Home buyers again need their own money to close a deal.
Lenders faced with growing piles of bad loans, even to borrowers once considered good credit risks, have clamped down on the no-money-down mortgage. The abrupt shift threatens to dash the hopes of millions of potential buyers, especially those shopping for their first homes.
Four out of 10 first-time buyers used no-down-payment mortgages in 2005 and 2006, according to surveys by the National Association of Realtors. But some lenders are now scrapping such loans completely. Others are pickier about who gets them. All figure that the more cash borrowers put down, the less likely they are to default.
No-down-payment loans are just about near impossible to get right now say some loan officers and real estate agents around the nation. We'll have someone all lined up and then without warning, the lender will say they can't get a loan. This hurts the first time home buyers and the less fortunate families the most. Many new families straight out of college and other reasons can't afford to drop 20% or more on a down payment on a home.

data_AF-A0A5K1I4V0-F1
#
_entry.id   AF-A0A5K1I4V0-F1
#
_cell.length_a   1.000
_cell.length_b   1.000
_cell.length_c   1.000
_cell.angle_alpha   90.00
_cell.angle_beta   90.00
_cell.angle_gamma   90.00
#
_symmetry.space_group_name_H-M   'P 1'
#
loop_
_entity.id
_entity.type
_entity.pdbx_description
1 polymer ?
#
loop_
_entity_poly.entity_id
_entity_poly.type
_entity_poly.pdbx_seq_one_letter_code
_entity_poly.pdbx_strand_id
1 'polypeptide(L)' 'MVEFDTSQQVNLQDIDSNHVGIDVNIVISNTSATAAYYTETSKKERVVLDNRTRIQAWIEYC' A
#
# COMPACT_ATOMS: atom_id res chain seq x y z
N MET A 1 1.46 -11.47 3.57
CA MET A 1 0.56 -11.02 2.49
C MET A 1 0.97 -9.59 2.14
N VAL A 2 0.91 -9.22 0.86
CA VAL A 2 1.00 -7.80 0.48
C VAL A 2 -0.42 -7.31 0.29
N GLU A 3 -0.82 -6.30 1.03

Investors are also feeling the pain as it is becoming more difficult to finance a property or flip that can generate lots in profits for them. This doesn't mean that they won't be able to invest, but that they will have to find alternative methods of financing their investment properties. Creative investors always find a way around to creating their wealth through creative financing options such as having the owner finance the property for them.